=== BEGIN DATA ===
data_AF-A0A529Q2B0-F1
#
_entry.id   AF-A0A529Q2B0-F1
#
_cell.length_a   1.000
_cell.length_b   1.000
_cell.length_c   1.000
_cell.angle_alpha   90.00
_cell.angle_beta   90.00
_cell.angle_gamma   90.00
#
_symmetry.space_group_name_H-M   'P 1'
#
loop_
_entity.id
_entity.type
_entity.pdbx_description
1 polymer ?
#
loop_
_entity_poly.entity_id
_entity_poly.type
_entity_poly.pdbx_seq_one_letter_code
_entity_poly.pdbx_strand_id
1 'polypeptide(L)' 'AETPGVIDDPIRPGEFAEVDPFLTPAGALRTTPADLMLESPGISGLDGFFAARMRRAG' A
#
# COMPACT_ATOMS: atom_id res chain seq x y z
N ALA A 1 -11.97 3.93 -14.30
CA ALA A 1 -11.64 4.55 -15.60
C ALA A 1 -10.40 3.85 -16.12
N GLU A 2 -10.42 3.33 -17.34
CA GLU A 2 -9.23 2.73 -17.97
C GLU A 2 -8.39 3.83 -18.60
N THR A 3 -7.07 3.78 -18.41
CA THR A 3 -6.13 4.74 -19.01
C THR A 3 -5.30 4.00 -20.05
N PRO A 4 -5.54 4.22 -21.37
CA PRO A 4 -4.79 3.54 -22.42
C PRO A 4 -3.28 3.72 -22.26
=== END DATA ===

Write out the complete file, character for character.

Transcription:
data_AF-A0A529Q2B0-F1
#
_entry.id   AF-A0A529Q2B0-F1
#
_cell.length_a   1.000
_cell.length_b   1.000
_cell.length_c   1.000
_cell.angle_alpha   90.00
_cell.angle_beta   90.00
_cell.angle_gamma   90.00
#
_symmetry.space_group_name_H-M   'P 1'
#
loop_
_entity.id
_entity.type
_entity.pdbx_description
1 polymer ?
#
loop_
_entity_poly.entity_id
_entity_poly.type
_entity_poly.pdbx_seq_one_letter_code
_entity_poly.pdbx_strand_id
1 'polypeptide(L)' 'AETPGVIDDPIRPGEFAEVDPFLTPAGALRTTPADLMLESPGISGLDGFFAARMRRAG' A
#
# COMPACT_ATOMS: atom_id res chain seq x y z
N ALA A 1 -11.97 3.93 -14.30
CA ALA A 1 -11.64 4.55 -15.60
C ALA A 1 -10.40 3.85 -16.12
N GLU A 2 -10.42 3.33 -17.34
CA GLU A 2 -9.23 2.73 -17.97
C GLU A 2 -8.39 3.83 -18.60
N THR A 3 -7.07 3.78 -18.41
CA THR A 3 -6.13 4.74 -19.01
C THR A 3 -5.30 4.00 -20.05
N PRO A 4 -5.54 4.22 -21.37
CA PRO A 4 -4.79 3.54 -22.42
C PRO A 4 -3.28 3.72 -22.26